Like many Americans, President Donald Trump has an annual Super Bowl party. Unlike most Americans, the attendees of Trump’s party are interesting. In attendance this year at Trump’s party were the founders of the spa where New England Patriots owner Robert Kraft was busted for solicitation of prostitution.
In a bombshell report, the Miami Herald reveals:
Sometime during the party at Trump’s West Palm Beach country club, the president turned in his chair to look over his right shoulder, smiling for a photo with two women at a table behind him.
The woman who snapped the blurry Super Bowl selfie with the president was Li Yang, 45, a self-made entrepreneur from China who started a chain of Asian day spas in South Florida. Over the years, these establishments – many of which operate under the name Tokyo Day Spas – have gained a reputation for offering sexual services.
Less than three weeks after Trump’s Super Bowl party, the owner of the winning team was charged with soliciting prostitution at one of the spas founded by the two women.
It needs to be noted that Yang was not charged in the sting operation conducted by Florida officials. She no longer owns the spas and claims that she has no knowledge of sexual services being offered at the spas she founded. However, it should also be noted that Yang’s family still owns several South Florida spas that have provoked the interest of the authorities. That being said, no one, least of all me, is trying to implicate President Trump in last month’s sex-trafficking bust in South Florida. For my purposes, I’m writing about this because I am tired of fellow conservative Christians continuing to give our president a pass.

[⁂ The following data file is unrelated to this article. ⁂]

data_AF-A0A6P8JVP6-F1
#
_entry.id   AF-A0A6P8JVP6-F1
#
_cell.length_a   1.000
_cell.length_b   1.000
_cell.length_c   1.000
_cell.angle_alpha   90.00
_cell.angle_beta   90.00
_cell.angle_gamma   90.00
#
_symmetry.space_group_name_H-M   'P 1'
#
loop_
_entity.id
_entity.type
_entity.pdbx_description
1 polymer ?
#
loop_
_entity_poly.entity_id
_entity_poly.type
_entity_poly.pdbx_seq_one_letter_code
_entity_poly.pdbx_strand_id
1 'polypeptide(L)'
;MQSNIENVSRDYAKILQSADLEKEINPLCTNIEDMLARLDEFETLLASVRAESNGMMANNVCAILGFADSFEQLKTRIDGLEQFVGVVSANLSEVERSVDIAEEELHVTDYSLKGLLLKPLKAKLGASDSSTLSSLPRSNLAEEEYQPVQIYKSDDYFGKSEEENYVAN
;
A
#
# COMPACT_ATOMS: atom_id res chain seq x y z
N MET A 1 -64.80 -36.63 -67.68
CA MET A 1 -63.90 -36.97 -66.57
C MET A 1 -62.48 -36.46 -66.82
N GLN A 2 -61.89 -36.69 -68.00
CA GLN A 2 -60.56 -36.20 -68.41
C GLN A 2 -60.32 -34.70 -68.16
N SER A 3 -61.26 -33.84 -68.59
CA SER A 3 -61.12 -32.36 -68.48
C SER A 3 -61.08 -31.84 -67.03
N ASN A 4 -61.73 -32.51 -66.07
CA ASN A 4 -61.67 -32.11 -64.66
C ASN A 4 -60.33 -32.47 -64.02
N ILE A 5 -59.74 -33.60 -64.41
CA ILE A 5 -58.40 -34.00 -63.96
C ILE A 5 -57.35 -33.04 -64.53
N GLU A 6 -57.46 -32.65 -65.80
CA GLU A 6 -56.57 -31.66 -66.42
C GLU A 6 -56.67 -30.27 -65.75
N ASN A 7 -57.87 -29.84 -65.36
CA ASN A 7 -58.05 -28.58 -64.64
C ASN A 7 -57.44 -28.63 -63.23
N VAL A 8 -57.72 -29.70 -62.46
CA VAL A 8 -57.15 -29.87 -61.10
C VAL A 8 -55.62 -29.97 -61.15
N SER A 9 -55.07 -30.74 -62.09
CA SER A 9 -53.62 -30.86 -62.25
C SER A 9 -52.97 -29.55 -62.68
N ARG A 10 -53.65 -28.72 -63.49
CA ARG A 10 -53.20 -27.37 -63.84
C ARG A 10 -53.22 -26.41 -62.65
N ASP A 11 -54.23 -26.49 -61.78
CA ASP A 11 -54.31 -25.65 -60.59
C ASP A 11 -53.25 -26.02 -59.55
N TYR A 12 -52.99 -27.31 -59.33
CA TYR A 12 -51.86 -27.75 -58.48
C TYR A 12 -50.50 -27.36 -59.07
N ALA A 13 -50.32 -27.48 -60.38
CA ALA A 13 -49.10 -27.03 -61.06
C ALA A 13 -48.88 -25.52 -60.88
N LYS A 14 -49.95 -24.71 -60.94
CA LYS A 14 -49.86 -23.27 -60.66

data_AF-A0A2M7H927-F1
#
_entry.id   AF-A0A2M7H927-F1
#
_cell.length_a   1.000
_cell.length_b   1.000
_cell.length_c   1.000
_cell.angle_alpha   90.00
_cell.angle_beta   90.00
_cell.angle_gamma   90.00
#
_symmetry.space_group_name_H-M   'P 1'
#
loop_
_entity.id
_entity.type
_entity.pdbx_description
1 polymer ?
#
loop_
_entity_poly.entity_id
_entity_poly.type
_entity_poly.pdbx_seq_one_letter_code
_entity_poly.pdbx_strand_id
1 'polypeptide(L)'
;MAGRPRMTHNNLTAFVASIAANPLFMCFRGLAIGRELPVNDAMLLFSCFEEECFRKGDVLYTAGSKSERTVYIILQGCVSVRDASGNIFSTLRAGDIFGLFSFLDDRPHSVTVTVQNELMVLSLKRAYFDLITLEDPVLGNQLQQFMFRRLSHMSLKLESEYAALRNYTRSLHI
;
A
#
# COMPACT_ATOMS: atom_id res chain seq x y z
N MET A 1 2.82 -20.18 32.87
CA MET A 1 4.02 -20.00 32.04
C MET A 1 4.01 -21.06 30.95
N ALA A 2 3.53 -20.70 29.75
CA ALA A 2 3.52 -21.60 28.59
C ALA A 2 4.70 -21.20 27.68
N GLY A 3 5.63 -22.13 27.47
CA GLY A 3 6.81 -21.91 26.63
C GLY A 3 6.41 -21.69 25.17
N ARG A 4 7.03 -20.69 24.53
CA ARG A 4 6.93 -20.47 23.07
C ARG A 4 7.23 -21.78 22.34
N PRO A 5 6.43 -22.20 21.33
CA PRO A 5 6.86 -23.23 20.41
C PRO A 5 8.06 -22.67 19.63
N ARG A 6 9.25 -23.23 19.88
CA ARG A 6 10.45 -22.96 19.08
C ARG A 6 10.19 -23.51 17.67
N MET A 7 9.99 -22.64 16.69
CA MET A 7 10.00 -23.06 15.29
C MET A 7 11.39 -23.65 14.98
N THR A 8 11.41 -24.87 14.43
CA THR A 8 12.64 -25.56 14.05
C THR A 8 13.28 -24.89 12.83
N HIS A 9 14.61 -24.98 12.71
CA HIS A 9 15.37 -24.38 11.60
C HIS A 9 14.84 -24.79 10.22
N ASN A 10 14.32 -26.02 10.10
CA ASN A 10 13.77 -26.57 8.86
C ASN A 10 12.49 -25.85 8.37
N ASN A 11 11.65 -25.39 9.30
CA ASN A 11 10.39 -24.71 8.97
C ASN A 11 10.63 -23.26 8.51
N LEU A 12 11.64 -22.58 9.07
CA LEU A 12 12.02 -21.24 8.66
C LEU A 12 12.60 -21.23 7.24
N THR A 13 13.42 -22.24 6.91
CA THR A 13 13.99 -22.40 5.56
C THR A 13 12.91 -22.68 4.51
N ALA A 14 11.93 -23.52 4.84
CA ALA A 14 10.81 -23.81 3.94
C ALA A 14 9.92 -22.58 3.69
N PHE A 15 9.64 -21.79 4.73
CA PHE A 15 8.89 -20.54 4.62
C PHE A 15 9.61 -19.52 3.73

The saying “you’re known by the company you keep” has a companion Bible verse: “Whoever walks with the wise becomes wise, but the companion of fools will suffer harm” (Proverbs 13:20).
It’s one thing to vote for a man like Donald Trump because the other options are even less palatable. It’s another thing altogether to continue to offer full-throated defenses of the president. Most notably, Liberty University’s president Jerry Falwell Jr. seems to believe that Trump can do no wrong; if he does, he gets a “mulligan,” to use Falwell’s word when describing the president’s extramarital affair with Stormy Daniels.
This matters for Christians because President Trump is known for being profane and being a philanderer — and for making his fortune in less than scrupulous ways, including the gambling industry that violates the Bible’s strictures against oppressing people. There is no way that Trump could be accused of modeling the fruit of the Spirit.
If it were simply that the president unwittingly found himself in a photo op with an excited citizen, that would be one thing. Based on the entirety of his life and the fact that he seems to collect unsavory characters around him — not to mention that the Super Bowl party wasn’t the first time the president and Li Yang have been photographed together — Proverbs 13:20, quoted above, has relevance.
In turn, this means that every time professing Christians like Jerry Falwell Jr. or those who will undoubtedly skewer me in the comment section, defend President Trump, the risk exists that the gospel of Jesus Christ is dragged into the pigsty of fools. In 1 Corinthians, the Apostle Paul told us that the world finds the gospel to be foolish. The reason Paul wrote those words is because he was encouraging the Christians in Corinth to make sure that their actions and words weren’t a stumbling block; the world is going to find the gospel foolish as it is. Christians shouldn’t give unbelievers reasons to scoff.
Defending President Donald Trump is a fool’s errand that the non-Christians see through. It’s a self-serving task born out of fear and not faith. Whatever good Trump accomplishes while in office will be in spite of his moral failings. Rejoice when God sees fit to work good through our president but stop defending him every time someone uncovers another unsavory action committed by the deeply immoral and unrepentant Donald Trump.